Dan: Now that we’re fully recovered from the atrocity that is “Twilight,” it’s time to revisit one of our favorite bad movie stars: Christopher Lambert. We’ve looked at his performance as the lead role in the “Highlander” franchise and his part as sagely god of thunder Raiden in “Mortal Kombat.” Now, he’s off to the days of the Spanish Inquisition (sadly, not this Spanish Inquisition) in “Day of Wrath.”
Just one look at the DVD cover and it’s pretty obvious what we’re in for: a lot of random swordfights and silliness and not a lot of acting prowess. Lambert is Ruy de Mendoza, sheriff of a town in Spain that’s come down with a bad case of murder. His attempts to solve the mystery is thwarted at every turn, and it seems everyone in the town — especially the clergy — is in on it. All the while, he must deal with a former flame, Carmen, and the higher-ups in both government and the church. Eventually, it is discovered that he (and just about everyone else) has secret Jewish heritage, making them all targets of the Inquisition. In the end, a bunch of people die at the blade, and he gets married to Carmen, even though he had already been married throughout the movie.
It’s confusing and incoherent, but Caryn, am I crazy as to think this movie could have been salvaged?
Caryn: Yeah, even though this movie was a little strange, it wasn’t terrible. I’m not an expert on the Spanish Inquisition, but I’m guessing this movie has some facets of historical inaccuracy, which is why it was in the $3 bin at FYE.
It seemed like Lambert’s character was just a bumbling sheriff and the more interesting character was the guy who was actually getting paid to commit the murders. The murderer was dressed up like a combination of Batman and Zorro (“Borro,” if you will, which is how I felt about halfway through the movie,) and he carved letters on the chests of his victims, a detail that became completely irrelevant by the third act. In the end, he and Ruy teamed up and spent a day killing a bunch of people who were conspiring to kill people. You know, like a day of wrath or something.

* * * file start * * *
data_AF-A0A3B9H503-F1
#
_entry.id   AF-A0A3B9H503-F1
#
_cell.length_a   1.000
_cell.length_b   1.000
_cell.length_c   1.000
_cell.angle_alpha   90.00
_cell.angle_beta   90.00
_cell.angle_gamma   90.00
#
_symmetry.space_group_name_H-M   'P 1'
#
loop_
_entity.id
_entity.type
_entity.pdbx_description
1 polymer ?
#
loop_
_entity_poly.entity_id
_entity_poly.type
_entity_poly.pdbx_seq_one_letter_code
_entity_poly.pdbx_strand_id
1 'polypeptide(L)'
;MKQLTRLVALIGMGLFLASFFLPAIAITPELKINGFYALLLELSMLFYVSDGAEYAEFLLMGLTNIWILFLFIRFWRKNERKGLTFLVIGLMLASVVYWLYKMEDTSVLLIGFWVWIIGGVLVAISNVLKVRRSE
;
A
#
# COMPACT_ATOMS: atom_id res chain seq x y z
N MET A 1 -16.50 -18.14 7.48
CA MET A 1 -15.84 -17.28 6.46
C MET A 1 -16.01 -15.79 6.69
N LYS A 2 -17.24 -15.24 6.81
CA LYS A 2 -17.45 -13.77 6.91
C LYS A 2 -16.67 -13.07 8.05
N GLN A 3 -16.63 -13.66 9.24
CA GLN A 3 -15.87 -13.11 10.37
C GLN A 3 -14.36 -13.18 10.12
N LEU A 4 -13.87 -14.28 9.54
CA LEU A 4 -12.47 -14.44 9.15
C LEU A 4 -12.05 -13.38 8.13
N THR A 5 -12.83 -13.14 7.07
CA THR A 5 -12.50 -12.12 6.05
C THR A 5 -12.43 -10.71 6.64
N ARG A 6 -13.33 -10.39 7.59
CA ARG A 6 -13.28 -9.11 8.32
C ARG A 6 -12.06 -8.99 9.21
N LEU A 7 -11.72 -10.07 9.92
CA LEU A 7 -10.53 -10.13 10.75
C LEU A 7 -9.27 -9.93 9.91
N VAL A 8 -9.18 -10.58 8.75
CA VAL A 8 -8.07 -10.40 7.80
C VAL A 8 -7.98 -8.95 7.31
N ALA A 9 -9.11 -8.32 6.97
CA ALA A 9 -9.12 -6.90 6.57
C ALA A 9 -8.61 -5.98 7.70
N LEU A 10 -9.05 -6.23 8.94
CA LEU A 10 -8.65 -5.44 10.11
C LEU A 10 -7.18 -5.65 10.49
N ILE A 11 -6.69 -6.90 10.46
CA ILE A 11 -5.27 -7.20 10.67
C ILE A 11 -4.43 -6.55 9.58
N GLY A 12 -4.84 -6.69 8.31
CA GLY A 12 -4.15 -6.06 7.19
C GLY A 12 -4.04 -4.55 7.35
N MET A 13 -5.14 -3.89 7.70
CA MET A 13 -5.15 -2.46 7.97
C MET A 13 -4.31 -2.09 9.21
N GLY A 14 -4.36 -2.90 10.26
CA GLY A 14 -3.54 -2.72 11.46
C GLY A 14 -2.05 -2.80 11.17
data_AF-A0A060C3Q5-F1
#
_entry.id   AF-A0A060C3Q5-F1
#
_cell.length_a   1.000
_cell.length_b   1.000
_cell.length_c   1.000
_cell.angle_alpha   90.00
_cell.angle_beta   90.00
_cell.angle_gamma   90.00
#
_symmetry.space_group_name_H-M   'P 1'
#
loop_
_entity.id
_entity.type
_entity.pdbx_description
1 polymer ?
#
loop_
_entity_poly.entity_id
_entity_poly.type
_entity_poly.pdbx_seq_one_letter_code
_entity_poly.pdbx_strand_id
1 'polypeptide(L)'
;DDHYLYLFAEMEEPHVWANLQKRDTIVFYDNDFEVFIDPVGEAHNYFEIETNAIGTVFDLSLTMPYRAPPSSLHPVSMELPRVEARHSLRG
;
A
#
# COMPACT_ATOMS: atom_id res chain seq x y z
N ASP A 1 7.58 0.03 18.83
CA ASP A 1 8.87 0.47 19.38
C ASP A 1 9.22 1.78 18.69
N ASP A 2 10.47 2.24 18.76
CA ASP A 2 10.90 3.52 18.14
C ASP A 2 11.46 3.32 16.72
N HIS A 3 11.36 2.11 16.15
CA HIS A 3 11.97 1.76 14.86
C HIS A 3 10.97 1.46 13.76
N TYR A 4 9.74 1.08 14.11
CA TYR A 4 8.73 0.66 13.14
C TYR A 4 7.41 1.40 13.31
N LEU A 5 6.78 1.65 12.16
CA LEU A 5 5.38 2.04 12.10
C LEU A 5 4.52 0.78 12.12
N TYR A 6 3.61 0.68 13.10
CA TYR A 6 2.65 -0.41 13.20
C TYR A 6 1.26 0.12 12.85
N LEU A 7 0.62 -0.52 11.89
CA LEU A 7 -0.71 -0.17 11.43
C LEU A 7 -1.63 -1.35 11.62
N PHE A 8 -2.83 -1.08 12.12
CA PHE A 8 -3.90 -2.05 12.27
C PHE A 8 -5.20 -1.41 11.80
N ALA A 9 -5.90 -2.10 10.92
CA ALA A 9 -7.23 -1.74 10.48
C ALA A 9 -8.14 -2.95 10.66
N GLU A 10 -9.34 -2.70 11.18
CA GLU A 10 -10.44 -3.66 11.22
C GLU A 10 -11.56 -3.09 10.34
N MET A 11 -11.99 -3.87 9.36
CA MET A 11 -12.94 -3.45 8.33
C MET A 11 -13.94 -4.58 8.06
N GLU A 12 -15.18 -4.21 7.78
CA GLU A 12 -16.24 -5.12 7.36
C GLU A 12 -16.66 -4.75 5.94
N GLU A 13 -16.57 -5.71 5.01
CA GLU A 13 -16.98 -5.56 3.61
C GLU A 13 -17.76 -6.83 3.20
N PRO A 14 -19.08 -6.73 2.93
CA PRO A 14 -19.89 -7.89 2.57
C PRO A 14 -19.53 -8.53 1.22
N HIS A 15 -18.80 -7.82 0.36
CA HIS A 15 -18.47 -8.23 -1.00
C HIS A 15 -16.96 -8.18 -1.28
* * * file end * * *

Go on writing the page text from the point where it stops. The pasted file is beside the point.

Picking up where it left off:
I would have liked the movie to follow “Borro” and Ruy’s second-in-command because they were the ones orchestrating the killings. Ruy was kind of boring. A handful of scenes were spent watching Christopher Lambert pour over old family trees. Another handful of scenes were spent watching Christopher Lambert whisper suspensefully at people, which I’m guessing was supposed to heighten the tension. It didn’t work.
I don’t know how accurate the costumes were supposed to be either, but they were pretty cool, too.
Dan, what parts did you find salvageable or not?
Dan: In different hands, this could have been an interesting movie. The plot is actually fairly well put together, with just about every character either knowingly or unknowingly hiding something about themselves or their past. The action scenes, while often times nonsensical and unnecessary, were pretty exciting.
The big problem was the acting. The dialogue was 75 percent grainy whispers, and I picked up no less than five distinct accents in what was supposed to be 16th-century Spain. Not one actor gave a believable performance, as though each one hoped no one would remember this movie. While this did bring about some strangely entertaining situations (such as the ham-tastic governor and his odd jester-type guy), it mostly made watching the movie a drag. There were also, of course, gratuitous breast shots, the surefire sign of how the director thought this movie was going.
What kind of swashbuckling adventure would you recommend over this?
Caryn: Oddly, this movie reminded me of “Hot Fuzz,” which I would recommend watching instead of “Day of Wrath.” It’s a British spoof of a cop movie starring Simon Pegg as an uptight police officer trying to crack a small-town conspiracy. It doesn’t have any old-timey historical costumes or gratuitous breast shots, and the British actors talk in British accents because they’re British. If you think cop movies take themselves too seriously, and you enjoy dry, witty humor, I would definitely recommend “Hot Fuzz.”
What would you recommend?
Dan: I’m going with another goofy, historically inaccurate movie: “The Mask of Zorro.” It’s got all the same elements of “Day of Wrath” (swords, mystique, secrecy, and even a Spanish background), only because “Zorro” isn’t trying to be taken too seriously, it is far more enjoyable. Of course, Lambert would whoop Antonio Banderas in a swordfight, but I’d still rather watch his training montages and great chemistry with Catherine Zeta-Jones than watch Lambert stumble around in between gravelly speeches.